Re: For loops with mathematica....

*To*: mathgroup at smc.vnet.net*Subject*: [mg101126] Re: [mg101069] For loops with mathematica....*From*: Murray Eisenberg <murray at math.umass.edu>*Date*: Wed, 24 Jun 2009 06:36:13 -0400 (EDT)*Organization*: Mathematics & Statistics, Univ. of Mass./Amherst*References*: <200906231105.HAA08136@smc.vnet.net>*Reply-to*: murray at math.umass.edu

The form (i, end} for an iterator is essentially an abbreviation for {i, 1, end}. And that is a special case of {i, start, end}. That, in turn, is a special case of {i, start, end, increment}. But you're asking about a more complicated set of values for i than any single iterator of that form will provide. Fortunately, in the current version of Mathematica, there is a more general iterator construction yet, {i, valueList}, which iterates over the values given in the list valueList. For example, Do[expr,{i,{3,8,12,291}}] will evaluate expr at each of i = 3, 8, 12, 291. So your problem now reduces to constructing the list of values you want, and that's straightforward: Join[Range[1,20], Range[300,400]] You are correct that if you want to "do" several things -- that is, evaluate several individual expressions during each iteration, then you separate them by semicolons, in other words, form from them a compound expression. For example: Do[Print[i^2];Print[i^3], {i,{3,8,12,291}}] You say that separating expressions with a semicolon in the first argument of Do "doesn't seem to work", but you didn't explain in what way it doesn't work. Finally, you might do some more reading of Mathematica documentation to learn more of the basics. And also to see whether you really need a Do loop at all, or any other kind of explicitly constructed iterative construct. You may find that Nest can nicely automate the entire process for you. Or that you can use whole-array processing, functional programming, or pattern-matching instead of an explicitly coded loop. And you might find that such an alternative procedure is much simpler to code and read and even more efficient than an explicitly coded loop. Julien wrote: > Hey guys, > > I am totally new to mathematica. > I want to use a simple loop for but with many arguments in the loop... > the help says to do > > Do[ thingstodo, {i,8}] > > i will go from 1 to 8 to do thingstodo. > > First question: what if I want i to go from 20 then 200 then 300 then 400, (can we give a sequence as argument?) > > Second question: I have a lot of line to do in things to do. should I separate everything with a ; (doesn t seem to work, or use a procedure or something?) > > > THanks a lot for your help!!! > > Julien > -- Murray Eisenberg murray at math.umass.edu Mathematics & Statistics Dept. Lederle Graduate Research Tower phone 413 549-1020 (H) University of Massachusetts 413 545-2859 (W) 710 North Pleasant Street fax 413 545-1801 Amherst, MA 01003-9305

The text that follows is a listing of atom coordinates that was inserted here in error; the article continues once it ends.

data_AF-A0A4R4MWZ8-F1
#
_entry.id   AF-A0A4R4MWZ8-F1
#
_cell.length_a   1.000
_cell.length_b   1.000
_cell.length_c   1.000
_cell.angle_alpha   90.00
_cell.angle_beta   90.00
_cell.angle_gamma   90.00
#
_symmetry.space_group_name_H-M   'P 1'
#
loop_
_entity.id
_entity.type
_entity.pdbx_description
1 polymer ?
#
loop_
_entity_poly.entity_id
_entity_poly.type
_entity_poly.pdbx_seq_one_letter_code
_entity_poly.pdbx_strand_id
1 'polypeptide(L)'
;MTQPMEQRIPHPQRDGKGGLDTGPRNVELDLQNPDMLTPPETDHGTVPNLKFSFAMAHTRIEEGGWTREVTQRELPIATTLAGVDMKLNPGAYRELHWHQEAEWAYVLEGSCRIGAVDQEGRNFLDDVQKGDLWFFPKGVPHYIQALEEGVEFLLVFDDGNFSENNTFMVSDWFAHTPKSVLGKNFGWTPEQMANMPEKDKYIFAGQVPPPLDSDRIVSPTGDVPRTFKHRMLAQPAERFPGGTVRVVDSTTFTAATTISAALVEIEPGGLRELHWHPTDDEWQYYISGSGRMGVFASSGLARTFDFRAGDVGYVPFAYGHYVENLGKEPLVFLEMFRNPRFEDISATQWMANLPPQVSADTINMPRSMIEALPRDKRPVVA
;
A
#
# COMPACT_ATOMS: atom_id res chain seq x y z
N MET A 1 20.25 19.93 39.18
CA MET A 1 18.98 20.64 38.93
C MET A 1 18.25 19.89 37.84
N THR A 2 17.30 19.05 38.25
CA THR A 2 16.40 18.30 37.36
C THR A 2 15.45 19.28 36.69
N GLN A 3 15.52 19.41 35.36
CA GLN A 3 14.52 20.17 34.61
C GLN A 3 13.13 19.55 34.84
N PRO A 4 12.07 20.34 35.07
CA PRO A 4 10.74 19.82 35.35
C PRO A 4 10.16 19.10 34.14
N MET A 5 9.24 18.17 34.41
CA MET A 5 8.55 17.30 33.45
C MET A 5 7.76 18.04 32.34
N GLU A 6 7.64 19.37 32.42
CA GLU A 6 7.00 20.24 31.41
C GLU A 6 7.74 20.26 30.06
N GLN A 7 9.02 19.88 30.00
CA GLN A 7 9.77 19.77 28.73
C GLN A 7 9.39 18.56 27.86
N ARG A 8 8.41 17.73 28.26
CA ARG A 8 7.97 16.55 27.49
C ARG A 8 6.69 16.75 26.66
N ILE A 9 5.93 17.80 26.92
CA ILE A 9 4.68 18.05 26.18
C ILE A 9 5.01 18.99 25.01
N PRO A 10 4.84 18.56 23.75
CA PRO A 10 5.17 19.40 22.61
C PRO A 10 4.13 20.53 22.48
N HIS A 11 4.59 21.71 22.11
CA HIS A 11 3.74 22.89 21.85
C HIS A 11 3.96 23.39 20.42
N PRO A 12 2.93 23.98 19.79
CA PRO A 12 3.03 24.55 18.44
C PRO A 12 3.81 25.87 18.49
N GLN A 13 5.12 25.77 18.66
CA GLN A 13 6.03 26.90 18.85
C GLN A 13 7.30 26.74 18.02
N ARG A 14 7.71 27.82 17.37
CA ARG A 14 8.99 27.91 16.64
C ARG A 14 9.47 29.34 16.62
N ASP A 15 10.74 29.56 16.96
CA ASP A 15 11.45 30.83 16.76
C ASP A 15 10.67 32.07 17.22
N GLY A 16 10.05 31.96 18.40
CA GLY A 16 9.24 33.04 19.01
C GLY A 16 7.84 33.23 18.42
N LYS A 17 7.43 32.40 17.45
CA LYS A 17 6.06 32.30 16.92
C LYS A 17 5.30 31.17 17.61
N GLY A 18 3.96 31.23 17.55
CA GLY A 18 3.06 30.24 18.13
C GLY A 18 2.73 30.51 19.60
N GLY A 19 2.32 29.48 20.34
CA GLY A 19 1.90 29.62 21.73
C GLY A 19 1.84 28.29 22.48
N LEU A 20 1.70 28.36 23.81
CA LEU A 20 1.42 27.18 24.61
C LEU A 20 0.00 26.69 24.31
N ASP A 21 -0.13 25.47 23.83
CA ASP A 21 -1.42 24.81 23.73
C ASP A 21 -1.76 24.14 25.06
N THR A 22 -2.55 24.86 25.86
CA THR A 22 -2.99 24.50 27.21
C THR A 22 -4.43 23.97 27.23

**References**:**For loops with mathematica....***From:*Julien <jderr@cgr.harvard.edu>

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**Re: For loops with mathematica....**

**Re: For loops with mathematica....**